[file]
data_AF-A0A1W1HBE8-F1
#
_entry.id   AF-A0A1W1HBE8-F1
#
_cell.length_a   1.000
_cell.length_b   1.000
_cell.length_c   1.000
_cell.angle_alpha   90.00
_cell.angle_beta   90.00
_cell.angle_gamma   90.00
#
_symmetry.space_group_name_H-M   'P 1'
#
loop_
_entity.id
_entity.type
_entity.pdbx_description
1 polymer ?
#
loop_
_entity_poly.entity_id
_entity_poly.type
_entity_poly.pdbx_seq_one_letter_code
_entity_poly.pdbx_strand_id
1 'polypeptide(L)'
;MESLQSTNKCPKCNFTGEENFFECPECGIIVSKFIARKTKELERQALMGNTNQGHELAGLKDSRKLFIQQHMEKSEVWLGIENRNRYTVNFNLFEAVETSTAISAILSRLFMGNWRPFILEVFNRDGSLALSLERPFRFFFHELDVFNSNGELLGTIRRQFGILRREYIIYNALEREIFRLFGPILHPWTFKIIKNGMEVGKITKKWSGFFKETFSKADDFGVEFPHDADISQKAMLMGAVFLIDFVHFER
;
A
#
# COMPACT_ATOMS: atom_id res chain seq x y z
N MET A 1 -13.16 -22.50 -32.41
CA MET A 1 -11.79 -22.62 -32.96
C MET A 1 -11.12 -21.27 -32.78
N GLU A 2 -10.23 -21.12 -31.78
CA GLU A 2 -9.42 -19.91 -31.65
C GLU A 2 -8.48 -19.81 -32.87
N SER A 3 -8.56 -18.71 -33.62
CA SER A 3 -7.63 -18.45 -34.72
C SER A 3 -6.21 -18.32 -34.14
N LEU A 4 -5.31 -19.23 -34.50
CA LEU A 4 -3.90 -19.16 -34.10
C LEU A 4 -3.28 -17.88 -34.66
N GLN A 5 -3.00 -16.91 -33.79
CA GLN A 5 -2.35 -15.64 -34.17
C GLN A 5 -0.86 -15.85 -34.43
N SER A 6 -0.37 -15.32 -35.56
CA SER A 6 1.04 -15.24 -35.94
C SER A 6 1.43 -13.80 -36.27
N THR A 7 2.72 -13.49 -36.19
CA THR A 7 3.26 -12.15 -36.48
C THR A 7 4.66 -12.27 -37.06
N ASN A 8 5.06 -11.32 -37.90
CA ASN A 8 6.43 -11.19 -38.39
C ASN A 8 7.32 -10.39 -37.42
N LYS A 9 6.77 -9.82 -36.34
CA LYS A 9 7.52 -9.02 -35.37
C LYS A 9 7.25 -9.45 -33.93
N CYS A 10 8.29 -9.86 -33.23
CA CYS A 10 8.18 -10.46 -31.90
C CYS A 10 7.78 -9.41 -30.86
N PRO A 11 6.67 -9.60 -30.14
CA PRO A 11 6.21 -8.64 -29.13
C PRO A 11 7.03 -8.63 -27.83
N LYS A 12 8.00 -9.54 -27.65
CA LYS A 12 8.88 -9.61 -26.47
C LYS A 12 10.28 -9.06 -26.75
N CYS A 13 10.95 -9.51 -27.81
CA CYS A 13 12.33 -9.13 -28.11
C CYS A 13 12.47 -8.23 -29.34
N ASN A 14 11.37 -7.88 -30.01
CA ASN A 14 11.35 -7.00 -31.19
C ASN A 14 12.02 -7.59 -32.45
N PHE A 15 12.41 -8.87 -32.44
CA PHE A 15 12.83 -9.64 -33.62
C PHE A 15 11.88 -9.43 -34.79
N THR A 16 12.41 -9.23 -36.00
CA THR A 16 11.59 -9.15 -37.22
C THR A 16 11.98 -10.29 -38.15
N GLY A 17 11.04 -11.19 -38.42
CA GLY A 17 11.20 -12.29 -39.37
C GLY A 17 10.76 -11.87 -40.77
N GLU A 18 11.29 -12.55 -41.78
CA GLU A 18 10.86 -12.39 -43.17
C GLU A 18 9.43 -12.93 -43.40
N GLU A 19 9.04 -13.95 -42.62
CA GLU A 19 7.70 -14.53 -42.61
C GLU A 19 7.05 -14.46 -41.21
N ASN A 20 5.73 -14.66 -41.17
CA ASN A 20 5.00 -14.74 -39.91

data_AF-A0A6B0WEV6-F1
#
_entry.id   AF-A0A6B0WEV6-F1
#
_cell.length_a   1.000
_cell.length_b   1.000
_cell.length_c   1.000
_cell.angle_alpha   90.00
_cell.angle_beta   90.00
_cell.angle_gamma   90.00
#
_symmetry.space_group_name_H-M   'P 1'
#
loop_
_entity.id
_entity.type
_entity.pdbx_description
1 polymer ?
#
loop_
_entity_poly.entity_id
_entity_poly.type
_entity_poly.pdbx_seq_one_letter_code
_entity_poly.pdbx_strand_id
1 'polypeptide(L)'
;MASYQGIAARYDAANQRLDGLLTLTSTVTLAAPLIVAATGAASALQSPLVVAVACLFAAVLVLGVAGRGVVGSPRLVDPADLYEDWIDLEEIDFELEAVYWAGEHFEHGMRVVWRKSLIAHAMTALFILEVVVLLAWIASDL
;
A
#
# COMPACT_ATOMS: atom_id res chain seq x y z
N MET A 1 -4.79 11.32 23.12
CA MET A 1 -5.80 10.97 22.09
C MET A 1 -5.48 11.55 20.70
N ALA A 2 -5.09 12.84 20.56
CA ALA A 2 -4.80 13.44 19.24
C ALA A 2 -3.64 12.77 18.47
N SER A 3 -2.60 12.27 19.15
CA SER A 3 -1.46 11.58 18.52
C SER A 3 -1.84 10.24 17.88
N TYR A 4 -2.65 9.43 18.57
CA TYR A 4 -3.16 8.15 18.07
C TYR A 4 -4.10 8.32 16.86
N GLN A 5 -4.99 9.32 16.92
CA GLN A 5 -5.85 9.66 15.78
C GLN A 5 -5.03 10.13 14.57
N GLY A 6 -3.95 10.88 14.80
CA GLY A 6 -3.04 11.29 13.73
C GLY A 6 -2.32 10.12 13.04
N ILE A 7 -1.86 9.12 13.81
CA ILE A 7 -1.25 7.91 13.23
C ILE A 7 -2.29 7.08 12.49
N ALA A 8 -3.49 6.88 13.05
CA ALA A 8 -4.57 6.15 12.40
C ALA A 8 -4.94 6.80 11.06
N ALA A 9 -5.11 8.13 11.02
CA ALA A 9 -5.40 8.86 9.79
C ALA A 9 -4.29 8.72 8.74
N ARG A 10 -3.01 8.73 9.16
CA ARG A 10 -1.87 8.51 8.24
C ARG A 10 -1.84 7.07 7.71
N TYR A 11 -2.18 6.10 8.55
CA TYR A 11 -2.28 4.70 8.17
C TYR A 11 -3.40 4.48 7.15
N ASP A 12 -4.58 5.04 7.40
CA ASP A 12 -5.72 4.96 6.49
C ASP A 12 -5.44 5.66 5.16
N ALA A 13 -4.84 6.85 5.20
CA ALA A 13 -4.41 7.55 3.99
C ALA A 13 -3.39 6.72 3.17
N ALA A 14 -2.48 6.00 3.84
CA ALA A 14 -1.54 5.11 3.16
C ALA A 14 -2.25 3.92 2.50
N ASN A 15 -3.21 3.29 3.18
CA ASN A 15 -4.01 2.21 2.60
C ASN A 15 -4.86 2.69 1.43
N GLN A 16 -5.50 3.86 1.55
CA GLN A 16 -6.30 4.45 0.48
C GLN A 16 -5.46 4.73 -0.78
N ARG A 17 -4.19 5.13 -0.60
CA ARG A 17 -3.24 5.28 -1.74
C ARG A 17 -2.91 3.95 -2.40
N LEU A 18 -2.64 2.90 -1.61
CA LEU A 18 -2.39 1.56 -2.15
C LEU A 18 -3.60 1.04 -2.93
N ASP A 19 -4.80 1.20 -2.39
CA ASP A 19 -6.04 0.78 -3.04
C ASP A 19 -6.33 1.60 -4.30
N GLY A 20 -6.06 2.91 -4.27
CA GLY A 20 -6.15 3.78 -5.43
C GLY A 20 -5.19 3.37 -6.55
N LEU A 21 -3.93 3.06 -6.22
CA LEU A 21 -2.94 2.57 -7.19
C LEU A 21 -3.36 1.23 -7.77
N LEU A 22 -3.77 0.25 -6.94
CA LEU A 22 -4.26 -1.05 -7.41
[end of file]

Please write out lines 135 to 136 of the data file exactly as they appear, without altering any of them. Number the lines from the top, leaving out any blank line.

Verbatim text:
N GLY A 6 -3.95 10.88 14.80
CA GLY A 6 -3.04 11.29 13.73